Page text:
Sahibs who loved India? Khushwant Singh didn’t know too many. I knew four sahibs who loved India so much that they stayed on after independence, lived and died in India and called this country their home. These were charismatic men, decidedly charming, often alarming—and eccentric in the endearing style that only an Englishman can successfully carry off. Take Desmond Doig (well, he died in Nepal, but that’s a detail). Artist, photographer, writer and raconteur, Desmond was born and educated in India and chose to continue to live here despite the rest of his family having ‘gone home’ to England post-independence. He did wonderful sketches and water-colours of Calcutta, Delhi, Goa and Kathmandu; he went on the yeti-hunting expedition with his good friend, Edmund Hillary; he ‘discovered’ for the world a shy young nun called Mother Teresa who was doing something wonderful for God in the filthy hovels of Calcutta; he wrote copiously for The Statesman, embellishing his articles with his brilliant photographs; and he was the founder-editor of India’s first youth magazine, the JS, which arguably ‘created’ the Indian teenager.
Second on my list is Brian St John (pronounced Sinjin) Conway who, after one post-independence trip to England to meet his sisters and their families who had settled there, said ‘Never again’, and lived happily in rooms at the Saturday Club in Calcutta, doing the London Times crossword; attending the races wearing a tweed jacket and a hat with a rakish feather tucked into the band; listening to his wondrous collection of western classical music; and pronouncing on the authenticity of the Melton Mowbray pies presented for his opinion by the club ‘khansamas’ who loved him as much as he loved them—and his adopted homeland.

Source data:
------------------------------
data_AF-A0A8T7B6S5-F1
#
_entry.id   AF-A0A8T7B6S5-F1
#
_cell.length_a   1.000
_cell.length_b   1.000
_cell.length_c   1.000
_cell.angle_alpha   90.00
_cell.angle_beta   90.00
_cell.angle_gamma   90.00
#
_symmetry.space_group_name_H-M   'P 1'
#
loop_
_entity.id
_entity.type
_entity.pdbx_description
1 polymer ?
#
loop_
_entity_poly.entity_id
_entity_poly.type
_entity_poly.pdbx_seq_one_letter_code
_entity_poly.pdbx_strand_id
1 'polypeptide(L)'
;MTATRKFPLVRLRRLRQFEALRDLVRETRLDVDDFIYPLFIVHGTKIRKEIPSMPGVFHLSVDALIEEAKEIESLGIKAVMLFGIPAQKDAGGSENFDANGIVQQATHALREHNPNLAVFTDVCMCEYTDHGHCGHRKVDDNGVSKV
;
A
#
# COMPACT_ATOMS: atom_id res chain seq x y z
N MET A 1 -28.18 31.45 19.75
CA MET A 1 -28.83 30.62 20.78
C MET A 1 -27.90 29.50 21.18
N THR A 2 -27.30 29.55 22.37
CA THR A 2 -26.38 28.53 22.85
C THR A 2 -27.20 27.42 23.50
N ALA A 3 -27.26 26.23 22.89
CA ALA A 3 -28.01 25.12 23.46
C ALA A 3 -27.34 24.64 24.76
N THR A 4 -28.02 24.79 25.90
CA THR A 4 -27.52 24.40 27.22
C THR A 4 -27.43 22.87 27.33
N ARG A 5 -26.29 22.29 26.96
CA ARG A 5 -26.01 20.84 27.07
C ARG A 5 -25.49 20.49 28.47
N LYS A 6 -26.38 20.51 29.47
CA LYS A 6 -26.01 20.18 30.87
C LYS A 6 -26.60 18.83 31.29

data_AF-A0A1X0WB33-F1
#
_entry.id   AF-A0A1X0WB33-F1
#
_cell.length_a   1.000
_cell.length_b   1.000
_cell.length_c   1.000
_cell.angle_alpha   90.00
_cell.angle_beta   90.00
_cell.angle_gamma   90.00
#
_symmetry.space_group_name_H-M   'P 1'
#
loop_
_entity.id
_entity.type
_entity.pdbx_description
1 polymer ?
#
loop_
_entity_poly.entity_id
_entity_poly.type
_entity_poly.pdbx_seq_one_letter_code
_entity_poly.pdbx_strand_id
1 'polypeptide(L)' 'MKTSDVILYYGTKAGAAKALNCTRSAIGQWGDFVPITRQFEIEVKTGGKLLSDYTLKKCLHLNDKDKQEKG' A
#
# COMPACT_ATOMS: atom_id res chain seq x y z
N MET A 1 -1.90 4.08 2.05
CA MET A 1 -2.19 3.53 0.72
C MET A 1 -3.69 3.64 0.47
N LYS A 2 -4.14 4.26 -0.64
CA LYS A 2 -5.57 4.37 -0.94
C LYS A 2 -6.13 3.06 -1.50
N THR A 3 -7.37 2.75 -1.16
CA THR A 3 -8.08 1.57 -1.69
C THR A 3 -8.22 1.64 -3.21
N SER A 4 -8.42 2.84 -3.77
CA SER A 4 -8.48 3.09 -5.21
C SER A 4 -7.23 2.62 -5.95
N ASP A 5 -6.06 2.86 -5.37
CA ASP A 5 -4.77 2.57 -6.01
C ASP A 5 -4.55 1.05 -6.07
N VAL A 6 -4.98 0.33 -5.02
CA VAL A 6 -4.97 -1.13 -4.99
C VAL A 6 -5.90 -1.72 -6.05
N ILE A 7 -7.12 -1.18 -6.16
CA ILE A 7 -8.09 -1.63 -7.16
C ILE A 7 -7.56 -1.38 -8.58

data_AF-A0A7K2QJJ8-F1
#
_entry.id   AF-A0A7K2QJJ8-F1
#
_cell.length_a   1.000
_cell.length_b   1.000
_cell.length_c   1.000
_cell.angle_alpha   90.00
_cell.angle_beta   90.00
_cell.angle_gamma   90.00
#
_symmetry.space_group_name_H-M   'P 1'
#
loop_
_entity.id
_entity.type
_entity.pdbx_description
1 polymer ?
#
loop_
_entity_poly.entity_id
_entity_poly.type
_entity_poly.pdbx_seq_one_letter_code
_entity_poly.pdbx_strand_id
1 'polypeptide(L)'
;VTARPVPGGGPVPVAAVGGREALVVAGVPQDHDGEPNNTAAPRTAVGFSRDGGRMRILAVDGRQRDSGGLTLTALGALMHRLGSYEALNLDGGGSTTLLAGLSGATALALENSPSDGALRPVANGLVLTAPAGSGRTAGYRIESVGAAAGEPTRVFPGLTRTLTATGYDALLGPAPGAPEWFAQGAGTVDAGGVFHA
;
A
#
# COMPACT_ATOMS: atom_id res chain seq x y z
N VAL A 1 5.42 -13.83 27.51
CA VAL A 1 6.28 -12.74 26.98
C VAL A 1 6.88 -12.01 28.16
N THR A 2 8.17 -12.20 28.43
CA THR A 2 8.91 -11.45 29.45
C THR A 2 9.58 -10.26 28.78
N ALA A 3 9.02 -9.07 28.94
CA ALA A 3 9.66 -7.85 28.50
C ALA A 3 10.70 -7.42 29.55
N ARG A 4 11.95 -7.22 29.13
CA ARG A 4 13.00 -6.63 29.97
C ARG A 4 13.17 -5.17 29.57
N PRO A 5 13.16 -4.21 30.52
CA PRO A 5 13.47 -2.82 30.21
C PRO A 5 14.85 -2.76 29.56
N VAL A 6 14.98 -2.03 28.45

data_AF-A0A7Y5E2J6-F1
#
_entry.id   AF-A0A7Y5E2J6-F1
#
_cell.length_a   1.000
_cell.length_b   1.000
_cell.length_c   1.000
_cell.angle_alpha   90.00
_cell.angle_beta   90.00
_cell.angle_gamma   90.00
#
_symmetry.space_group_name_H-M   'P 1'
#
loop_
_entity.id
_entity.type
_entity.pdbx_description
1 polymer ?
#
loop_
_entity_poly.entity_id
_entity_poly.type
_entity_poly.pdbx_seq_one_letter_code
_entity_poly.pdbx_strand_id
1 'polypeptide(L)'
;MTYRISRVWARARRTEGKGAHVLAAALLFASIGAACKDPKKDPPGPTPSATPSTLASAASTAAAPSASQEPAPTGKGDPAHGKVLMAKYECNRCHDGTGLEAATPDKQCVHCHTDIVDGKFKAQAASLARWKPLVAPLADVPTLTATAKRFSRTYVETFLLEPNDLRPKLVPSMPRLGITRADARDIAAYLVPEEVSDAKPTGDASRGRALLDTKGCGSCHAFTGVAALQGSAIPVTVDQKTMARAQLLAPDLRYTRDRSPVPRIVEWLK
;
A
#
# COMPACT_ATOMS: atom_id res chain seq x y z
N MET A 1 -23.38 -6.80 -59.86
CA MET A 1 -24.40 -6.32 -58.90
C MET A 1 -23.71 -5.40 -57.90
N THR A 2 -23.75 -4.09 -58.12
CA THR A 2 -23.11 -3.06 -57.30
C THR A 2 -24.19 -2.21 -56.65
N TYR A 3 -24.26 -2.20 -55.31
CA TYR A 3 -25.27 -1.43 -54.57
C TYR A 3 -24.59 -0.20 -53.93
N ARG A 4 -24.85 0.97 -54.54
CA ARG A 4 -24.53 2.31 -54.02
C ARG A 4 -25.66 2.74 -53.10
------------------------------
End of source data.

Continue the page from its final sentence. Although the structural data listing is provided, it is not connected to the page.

Then there was the erudite Lindsay Emmerson, feared and respected leader-writer for The Statesman, whose love for India and for his Indian wife, was legendary. Beneath his crusty exterior beat the proverbial heart of gold, soft as a toffee when it came to putting shy young wives (like me) of his junior colleagues at ease.